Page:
Not that it is Berg and Wahlberg’s least financially successful film at the American box office – that would be their fact-based Boston Marathon bombing drama, Patriot’s Day. Mile 22, which co-stars Ronda Rousey, The Raid’s Iko Uwais and John Malkovich as ‘Mother’ promises and to some extent delivers slam-bang action. It offers a counter-intuitive form of popcorn movie, one where you spill it – so to speak – at fairly regular intervals.

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Wahlberg plays James Silva, a member of a disavowed elite squad that do the jobs that the CIA won’t touch. When we first meet the group, two of them are lost in suburbia, claiming that their satellite navigation lies. They are in fact preparing for an assault on a Russian safe house-turned-storage facility. The editing (by Melissa Lawson Cheung and Colby Parker Jr, who worked with Berg on Battleship and Patriot’s Day) goes into overdrive between surveillance footage and actual mayhem as the bullets fly. Berg can stage an action sequence as well as the best of them, though Silva is more often seen holding a gun than shooting it.

Silva’s squad is broadly split between men and women, with Rousey and The Walking Dead’s Lauren Cohan as kick-ass females. Since Rousey isn’t known for her acting skills (whatever you say about those overly choreographed World Wrestling Federation fights) the bulk of the characterisation goes to Cohan whose character, Alice is going through a messy divorce, abetted by her phone which has an app that responds to her cursing. Silva has no such technological censor. Wahlberg channels his Daddy’s Home 2 co-star, Mel Gibson, by appearing to be unhinged: fast-talking, disrespectful, issuing harsh threats; he could get a job in the White House. Putting aside Boogie Nights for one minute (RIP Burt Reynolds), Wahlberg is at his best playing a hard working blue collar guy. We don’t believe in his bravado here; it doesn’t seem earned.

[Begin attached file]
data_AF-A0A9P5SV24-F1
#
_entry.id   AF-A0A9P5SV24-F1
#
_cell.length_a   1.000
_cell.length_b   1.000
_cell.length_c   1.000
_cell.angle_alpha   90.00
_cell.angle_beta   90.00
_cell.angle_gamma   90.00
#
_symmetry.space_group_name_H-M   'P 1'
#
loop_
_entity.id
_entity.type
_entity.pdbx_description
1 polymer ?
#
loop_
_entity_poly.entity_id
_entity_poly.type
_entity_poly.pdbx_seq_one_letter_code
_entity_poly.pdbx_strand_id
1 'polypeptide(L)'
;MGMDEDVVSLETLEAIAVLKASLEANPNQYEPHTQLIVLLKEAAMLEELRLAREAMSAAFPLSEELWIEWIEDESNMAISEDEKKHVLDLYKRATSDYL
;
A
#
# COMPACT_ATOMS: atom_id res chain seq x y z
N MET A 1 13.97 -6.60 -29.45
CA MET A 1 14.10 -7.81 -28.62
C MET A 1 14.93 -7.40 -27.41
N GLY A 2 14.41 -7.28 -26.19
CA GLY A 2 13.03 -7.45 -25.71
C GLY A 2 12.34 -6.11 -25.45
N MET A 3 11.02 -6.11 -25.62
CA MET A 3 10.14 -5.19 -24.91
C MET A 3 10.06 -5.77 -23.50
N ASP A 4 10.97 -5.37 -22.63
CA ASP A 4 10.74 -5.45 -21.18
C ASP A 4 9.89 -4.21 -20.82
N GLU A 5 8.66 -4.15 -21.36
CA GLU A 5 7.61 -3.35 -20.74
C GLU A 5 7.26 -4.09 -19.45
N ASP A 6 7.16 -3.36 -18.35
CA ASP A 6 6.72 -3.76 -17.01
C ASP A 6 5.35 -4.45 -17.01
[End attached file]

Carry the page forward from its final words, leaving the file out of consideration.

The main plot involves the team going to a pseudonymous Asian country to move an informant, Li Noor (Uwais) 22 miles to the safety of an aircraft. Li Noor has information that really matters and his government are trying to kill him. In this loose riff (or rip off) on the Bruce Willis-Mos Def action flick, 16 Blocks – another box-office underperformer – Silva and his crew inch Li Noor towards his destination unaware that someone else is coming to get them.

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The plot turns on the extent to which the crew can trust Li Noor. Other than that, it is ninety-odd minutes of broad action in which Silva is invited to walk away or face the consequences (Daddy’s Home 3?).

With so much Asian money going into Hollywood – Mile 22 is released by STX films, which is underpinned by Chinese cash – the movie’s attitude to the continent is ambiguous.  The film doesn’t feel grounded in America’s insecurities in the way that other Hollywood action films position themselves against the threat of the ‘other’. If anything, America, as characterised by Silva, is too bullishly over-confident. It deserves to have its balloon popped. Indeed, Wahlberg has zero charisma opposite Uwais, whose moves put the Hollywood star to shame.

Finally, there is the nominal Russian villain, not portrayed by an over-the-top European actor, rather as a slowly advancing presence. Under President Donald Trump, Russia is seen as less of a threat to US interests than China. Mile 22 is out of step with this foreign policy position. However, even liberal moviegoers aren’t buying it.

Berg and Wahlberg (together they sound like a law firm) have made what is possibly a subversive Hollywood film that invites the country to wake up and reconsider its ‘superior’ position. The ending ought to hit harder than it does, but ends as a damp squib.

Mile 22 is out 19th September!